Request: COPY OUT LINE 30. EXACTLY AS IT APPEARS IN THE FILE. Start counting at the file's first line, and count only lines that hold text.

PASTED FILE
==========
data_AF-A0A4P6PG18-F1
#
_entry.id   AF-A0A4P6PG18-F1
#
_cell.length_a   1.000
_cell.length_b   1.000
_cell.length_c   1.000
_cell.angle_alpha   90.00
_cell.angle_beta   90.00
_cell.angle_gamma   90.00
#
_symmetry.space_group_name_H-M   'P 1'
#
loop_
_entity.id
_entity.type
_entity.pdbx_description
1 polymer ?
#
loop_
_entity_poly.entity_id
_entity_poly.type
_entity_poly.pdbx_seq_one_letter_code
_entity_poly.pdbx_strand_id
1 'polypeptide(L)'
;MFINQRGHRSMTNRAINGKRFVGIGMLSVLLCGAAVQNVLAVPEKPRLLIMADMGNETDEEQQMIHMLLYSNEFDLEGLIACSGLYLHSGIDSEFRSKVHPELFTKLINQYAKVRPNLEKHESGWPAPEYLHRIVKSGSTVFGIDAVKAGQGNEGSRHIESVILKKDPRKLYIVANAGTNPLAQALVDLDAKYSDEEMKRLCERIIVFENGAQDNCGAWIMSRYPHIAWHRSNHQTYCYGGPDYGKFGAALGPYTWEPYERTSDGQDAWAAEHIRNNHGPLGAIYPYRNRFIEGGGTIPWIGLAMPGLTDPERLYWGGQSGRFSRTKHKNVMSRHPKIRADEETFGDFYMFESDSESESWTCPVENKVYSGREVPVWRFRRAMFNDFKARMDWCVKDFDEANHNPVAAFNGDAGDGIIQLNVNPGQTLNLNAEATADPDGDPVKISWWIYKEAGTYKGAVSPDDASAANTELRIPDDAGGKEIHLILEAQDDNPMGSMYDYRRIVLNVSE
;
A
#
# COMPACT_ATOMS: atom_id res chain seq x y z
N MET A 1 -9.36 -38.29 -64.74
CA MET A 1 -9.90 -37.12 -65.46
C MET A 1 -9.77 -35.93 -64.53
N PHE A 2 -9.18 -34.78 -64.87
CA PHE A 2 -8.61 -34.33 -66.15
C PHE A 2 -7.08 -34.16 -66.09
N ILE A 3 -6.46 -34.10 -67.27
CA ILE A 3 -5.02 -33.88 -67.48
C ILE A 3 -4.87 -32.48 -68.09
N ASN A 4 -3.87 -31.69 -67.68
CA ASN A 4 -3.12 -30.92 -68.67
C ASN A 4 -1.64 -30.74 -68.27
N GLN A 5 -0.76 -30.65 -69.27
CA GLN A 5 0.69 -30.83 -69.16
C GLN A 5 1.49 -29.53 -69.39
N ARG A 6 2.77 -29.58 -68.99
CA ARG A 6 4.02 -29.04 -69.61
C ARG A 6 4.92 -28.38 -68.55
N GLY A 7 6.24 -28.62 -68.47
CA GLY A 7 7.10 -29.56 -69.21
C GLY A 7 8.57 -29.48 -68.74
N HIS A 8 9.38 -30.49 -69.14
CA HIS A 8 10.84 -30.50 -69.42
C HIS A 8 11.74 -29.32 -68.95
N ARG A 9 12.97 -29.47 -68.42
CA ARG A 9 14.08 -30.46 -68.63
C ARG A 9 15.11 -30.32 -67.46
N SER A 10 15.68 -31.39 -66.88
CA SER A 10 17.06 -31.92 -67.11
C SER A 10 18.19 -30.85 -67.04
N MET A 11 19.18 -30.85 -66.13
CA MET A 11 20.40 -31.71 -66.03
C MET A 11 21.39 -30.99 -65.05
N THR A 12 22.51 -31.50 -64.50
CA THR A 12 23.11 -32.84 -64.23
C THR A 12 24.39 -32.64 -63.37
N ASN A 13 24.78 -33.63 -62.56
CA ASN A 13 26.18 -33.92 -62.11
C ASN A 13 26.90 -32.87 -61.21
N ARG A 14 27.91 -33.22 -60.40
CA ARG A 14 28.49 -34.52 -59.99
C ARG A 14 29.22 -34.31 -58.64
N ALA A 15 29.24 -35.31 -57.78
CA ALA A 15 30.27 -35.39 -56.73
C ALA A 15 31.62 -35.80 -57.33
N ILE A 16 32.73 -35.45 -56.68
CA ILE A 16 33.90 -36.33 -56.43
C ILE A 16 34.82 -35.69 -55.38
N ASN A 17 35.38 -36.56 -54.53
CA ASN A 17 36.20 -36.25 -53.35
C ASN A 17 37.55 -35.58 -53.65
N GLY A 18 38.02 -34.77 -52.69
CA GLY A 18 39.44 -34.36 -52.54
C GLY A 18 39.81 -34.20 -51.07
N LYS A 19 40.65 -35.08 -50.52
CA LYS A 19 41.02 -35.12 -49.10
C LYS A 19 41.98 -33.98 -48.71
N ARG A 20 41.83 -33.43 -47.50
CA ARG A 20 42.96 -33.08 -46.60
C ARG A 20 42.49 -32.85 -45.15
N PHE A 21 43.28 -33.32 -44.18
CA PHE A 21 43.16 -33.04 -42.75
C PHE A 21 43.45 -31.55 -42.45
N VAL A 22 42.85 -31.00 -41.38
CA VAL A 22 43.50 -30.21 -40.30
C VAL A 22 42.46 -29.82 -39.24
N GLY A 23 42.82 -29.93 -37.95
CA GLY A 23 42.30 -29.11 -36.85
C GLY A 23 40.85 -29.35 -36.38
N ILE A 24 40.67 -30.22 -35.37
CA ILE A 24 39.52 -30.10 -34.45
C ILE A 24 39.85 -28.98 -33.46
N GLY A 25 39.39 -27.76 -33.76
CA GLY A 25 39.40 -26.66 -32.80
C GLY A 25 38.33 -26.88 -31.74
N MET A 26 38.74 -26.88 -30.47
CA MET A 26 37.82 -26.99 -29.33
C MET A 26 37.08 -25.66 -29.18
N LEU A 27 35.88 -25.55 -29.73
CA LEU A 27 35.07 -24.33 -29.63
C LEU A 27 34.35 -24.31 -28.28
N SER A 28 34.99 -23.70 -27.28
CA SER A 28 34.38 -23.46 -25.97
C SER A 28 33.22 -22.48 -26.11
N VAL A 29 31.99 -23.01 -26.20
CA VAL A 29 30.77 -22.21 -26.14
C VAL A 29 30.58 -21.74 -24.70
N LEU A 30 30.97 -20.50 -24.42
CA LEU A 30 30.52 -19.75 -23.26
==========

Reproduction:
# COMPACT_ATOMS: atom_id res chain seq x y z